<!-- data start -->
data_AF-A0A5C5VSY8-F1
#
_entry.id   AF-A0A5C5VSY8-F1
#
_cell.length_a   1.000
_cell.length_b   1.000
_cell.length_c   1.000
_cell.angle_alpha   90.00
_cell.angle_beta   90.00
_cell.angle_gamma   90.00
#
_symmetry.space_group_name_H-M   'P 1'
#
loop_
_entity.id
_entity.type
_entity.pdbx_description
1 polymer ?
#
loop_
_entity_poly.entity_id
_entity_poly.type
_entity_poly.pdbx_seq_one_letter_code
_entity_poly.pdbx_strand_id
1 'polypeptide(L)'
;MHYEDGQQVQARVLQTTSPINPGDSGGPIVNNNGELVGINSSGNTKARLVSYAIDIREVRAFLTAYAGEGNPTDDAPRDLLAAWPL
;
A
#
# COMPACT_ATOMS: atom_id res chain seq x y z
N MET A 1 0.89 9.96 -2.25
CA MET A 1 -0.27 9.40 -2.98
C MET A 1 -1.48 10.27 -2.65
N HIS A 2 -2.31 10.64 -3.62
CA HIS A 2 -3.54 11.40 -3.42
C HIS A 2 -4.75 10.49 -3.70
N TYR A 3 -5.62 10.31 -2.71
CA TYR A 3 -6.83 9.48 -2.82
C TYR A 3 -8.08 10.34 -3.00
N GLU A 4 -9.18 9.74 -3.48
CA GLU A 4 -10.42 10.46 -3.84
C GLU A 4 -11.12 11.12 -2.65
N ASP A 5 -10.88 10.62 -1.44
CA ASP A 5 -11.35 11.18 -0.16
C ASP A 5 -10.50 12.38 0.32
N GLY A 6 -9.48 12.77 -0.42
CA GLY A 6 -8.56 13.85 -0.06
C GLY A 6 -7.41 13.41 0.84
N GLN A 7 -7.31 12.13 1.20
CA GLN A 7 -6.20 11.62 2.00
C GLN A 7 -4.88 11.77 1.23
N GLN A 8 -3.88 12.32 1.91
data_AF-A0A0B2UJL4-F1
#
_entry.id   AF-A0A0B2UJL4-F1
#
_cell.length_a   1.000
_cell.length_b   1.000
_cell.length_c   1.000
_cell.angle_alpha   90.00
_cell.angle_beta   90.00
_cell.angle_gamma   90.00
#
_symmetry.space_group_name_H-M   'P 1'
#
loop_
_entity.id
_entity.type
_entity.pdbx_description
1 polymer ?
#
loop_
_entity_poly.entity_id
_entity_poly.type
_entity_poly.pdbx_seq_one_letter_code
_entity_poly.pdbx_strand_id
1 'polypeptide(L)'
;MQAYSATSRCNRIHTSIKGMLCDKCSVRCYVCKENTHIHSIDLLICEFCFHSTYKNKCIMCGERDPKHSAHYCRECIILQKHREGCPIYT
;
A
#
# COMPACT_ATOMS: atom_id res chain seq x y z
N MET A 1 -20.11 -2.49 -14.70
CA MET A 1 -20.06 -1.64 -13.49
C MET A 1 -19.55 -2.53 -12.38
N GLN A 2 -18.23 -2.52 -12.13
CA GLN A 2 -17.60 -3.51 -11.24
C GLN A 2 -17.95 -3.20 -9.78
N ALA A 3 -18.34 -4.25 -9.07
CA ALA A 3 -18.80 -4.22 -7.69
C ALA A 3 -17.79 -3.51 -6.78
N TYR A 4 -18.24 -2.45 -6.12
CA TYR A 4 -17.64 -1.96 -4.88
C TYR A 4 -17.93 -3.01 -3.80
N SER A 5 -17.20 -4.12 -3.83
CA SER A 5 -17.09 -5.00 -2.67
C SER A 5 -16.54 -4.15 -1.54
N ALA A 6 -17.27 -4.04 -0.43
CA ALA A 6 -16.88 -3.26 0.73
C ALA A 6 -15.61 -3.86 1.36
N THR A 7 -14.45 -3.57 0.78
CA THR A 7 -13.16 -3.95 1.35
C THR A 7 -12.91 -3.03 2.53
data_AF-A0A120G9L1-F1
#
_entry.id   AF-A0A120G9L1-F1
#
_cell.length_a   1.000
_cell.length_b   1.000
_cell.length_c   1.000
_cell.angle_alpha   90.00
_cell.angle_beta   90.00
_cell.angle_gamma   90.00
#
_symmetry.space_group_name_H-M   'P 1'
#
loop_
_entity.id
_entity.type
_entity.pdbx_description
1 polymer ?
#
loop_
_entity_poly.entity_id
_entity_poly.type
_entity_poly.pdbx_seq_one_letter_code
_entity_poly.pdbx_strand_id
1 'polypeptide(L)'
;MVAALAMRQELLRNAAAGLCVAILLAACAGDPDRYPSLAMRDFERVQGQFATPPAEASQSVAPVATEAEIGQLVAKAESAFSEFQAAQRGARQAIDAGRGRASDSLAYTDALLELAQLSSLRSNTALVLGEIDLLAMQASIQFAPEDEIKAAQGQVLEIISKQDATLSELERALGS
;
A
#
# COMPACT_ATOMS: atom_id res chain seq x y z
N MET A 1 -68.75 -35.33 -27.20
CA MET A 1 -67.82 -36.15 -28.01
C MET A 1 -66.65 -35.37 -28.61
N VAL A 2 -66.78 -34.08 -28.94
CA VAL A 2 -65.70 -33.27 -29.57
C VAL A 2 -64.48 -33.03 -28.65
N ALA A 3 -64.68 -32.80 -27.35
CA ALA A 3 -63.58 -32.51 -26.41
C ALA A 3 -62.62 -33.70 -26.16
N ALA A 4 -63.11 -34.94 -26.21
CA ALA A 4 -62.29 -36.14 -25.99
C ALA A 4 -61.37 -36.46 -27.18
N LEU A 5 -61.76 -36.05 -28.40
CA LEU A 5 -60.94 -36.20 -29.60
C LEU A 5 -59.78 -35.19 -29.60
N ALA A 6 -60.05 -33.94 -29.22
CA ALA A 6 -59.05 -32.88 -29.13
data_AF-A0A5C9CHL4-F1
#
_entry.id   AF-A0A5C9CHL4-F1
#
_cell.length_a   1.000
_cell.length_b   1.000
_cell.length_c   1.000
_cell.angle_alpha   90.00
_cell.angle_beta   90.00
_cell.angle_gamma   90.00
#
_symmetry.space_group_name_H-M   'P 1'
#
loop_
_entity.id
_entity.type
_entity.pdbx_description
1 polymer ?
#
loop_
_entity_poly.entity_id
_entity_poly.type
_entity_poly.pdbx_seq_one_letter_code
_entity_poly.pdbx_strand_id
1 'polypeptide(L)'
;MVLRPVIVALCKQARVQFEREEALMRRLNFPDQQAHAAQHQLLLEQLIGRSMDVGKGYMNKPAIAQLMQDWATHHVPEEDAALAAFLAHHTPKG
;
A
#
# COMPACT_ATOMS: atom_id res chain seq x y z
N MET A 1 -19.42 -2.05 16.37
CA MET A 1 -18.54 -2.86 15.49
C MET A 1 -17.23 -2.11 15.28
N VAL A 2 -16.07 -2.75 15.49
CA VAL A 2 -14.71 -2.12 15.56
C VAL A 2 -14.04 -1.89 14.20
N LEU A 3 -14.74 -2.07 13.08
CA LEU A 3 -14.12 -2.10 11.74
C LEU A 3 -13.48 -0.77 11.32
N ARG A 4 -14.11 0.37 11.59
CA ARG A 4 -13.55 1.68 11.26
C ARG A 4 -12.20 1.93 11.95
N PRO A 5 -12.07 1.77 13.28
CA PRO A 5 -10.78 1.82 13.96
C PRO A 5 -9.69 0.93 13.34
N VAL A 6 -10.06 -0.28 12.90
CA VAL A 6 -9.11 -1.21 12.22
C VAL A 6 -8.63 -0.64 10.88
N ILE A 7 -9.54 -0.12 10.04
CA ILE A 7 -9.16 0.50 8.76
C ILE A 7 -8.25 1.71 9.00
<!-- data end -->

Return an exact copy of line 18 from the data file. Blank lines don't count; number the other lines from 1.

1 polymer ?